Esther’s Story

Esther

Year of first diagnosis: 2011

Kind of cancer: Breast cancer

 

1)    What was your initial reaction to hearing “You have cancer?”

When I was told I had breast cancer, I wasn’t really shocked or scared. My paternal grandmother and my mother both had it and didn’t die from it. I come from families with strong spiritual faith and turning to God was my first instinct. My second instinct was to tell my family, friends and acquaintances so they could pray for me.

 

2)    What has been your greatest learning experience?

Hmmmm, being amazed with the treatments available, the expertise and gentleness shown to patients by the medical staff and instantaneous sympathy shown me by my friends and family.

 

3)    What has proved most helpful in staying with the process?

The most helpful thing was the way the Spectrum “team” of people kept track of what was happening and arranged for tests, treatments, appointments that I needed.

 

4)    What resources (people, places, books) have offered the greatest support?

Resources: I didn’t read the materials I was given because I didn’t want to know the worst that could happen. (Uhhuh, I’m the stick my head in the sand type). Helpful people: my family, church family who visited and sent cards, called, sent messages on Facebook, brought meals and prayed for me. They were such a comfort. My pastor sat with me during the various surgeries and came to visit with I was hospitalized with MRSA. Oh and how can I forget my husband? He doesn’t deal well with medical stuff but he barely blinked an eye when he learned I needed shots in my stomach, gauze packing removed from the surgical site, and an infusion 3 times a day. He was at every appointment and never fainted once or complained.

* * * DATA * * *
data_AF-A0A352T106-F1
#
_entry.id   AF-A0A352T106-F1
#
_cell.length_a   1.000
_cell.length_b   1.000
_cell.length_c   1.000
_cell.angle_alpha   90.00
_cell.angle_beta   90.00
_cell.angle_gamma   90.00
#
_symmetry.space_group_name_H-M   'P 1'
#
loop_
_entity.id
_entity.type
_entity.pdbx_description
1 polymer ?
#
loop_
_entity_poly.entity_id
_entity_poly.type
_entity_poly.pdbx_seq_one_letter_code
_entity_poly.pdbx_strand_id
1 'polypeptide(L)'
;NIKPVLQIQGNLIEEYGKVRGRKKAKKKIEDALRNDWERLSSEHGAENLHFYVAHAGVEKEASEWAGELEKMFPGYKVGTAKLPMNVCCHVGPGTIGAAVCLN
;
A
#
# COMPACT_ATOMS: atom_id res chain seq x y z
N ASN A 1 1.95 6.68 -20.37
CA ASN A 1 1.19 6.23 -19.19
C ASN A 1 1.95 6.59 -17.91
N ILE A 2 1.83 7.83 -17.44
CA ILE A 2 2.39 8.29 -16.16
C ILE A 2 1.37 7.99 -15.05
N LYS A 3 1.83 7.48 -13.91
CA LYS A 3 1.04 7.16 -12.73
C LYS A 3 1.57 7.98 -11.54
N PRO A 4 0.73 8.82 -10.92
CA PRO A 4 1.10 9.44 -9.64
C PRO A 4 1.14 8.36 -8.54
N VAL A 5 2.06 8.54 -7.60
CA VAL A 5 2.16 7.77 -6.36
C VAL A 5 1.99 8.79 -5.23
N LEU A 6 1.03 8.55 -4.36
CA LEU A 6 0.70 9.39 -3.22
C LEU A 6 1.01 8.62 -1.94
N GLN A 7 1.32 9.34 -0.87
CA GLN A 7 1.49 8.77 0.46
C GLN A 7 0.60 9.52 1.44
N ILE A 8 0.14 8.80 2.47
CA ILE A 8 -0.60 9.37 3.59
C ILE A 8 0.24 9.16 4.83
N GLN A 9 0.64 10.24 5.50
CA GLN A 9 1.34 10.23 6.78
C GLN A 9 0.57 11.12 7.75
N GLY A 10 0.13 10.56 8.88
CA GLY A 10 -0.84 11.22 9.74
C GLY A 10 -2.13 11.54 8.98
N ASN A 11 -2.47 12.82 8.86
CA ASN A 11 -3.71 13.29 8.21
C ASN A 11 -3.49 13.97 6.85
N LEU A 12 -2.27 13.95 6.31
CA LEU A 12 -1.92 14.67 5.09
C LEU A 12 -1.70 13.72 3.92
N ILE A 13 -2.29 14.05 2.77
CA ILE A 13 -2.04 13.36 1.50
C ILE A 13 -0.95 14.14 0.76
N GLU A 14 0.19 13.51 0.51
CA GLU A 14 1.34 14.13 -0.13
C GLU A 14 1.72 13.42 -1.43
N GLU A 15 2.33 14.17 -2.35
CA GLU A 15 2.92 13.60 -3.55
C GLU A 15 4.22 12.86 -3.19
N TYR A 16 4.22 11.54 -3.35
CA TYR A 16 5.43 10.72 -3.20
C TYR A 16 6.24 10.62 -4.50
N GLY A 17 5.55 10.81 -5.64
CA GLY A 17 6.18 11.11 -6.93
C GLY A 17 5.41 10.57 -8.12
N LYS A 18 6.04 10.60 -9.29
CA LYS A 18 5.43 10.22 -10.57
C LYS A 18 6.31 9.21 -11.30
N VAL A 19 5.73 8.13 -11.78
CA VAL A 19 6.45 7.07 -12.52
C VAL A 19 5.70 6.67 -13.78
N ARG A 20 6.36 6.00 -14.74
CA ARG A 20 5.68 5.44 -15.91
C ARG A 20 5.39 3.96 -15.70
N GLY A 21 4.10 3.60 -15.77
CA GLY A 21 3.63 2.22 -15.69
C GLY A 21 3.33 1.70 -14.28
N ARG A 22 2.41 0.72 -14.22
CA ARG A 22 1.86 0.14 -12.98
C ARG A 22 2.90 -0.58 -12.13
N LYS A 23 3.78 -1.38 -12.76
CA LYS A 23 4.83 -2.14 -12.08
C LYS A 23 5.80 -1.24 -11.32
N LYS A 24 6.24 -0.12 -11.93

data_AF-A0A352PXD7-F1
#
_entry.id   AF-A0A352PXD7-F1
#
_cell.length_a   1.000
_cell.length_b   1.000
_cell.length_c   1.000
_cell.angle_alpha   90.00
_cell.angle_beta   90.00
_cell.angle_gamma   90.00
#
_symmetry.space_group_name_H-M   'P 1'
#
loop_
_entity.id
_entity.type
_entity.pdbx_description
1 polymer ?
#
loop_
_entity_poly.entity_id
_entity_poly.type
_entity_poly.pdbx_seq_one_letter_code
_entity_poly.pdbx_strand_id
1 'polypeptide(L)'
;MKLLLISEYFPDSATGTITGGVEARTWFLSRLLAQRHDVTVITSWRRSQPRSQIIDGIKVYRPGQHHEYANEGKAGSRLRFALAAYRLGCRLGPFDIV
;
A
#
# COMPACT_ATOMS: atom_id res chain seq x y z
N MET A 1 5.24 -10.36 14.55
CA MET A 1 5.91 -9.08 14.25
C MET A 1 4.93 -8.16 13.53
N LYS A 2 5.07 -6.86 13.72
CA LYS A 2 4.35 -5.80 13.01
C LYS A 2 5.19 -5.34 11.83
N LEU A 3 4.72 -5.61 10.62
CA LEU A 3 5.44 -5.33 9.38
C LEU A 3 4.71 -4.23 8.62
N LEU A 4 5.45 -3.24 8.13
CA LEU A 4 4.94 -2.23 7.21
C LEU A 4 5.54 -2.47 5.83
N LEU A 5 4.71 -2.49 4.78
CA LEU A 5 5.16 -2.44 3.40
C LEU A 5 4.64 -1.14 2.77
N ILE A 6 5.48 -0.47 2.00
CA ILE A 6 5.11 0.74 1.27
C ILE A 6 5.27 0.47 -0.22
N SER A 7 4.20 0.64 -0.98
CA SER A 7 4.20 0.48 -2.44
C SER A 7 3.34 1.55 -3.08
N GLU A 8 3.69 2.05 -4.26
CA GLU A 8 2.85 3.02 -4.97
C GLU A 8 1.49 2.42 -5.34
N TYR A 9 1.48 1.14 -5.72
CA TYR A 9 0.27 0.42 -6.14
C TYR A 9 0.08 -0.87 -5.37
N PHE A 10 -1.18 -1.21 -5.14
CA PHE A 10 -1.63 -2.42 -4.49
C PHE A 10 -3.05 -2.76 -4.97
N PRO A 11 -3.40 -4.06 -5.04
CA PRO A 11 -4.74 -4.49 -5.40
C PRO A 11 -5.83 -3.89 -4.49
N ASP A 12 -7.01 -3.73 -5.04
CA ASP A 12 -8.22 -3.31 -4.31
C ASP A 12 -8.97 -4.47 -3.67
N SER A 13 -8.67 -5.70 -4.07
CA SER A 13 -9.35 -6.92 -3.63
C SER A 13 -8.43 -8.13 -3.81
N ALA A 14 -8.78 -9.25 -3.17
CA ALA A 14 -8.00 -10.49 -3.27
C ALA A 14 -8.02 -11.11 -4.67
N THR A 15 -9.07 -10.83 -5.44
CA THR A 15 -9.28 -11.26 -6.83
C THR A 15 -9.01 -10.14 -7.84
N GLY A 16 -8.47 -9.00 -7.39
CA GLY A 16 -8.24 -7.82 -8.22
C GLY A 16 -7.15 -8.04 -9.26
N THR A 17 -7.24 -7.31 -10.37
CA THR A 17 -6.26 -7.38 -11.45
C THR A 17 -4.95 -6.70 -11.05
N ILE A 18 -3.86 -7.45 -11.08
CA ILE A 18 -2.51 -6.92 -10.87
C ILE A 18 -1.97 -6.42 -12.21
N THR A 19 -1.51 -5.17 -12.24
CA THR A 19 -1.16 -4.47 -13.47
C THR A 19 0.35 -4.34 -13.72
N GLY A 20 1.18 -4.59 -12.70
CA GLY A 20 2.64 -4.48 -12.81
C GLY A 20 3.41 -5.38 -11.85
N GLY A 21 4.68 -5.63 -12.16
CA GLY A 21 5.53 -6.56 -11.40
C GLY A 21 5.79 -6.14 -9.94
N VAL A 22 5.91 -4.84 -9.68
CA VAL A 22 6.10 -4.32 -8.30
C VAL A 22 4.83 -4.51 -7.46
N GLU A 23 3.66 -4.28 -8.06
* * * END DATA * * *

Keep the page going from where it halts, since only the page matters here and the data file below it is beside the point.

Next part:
5)    Has your own spirituality been enhanced or lessened by cancer?

My spiritual life is pretty strong to start with but I’m so glad that I knew God has promised he would be with me throughout every step of the way.

 

6)    What would you say to someone diagnosed with cancer today?

Take someone with you to hear the medical talk so if one doesn’t get it, maybe the other will. ASK QUESTIONS…ANYTHING. Don’t wait until your next appointment. Feel free to express any emotions you experience. I doubt you are much different than the rest of us. Also, I would suggest you keep a journal of your feelings. This helped me think through and understand things better. Also, I was proud to share my experiences through the written word and pictures so if others have to face this, it won’t seem so strange to them.

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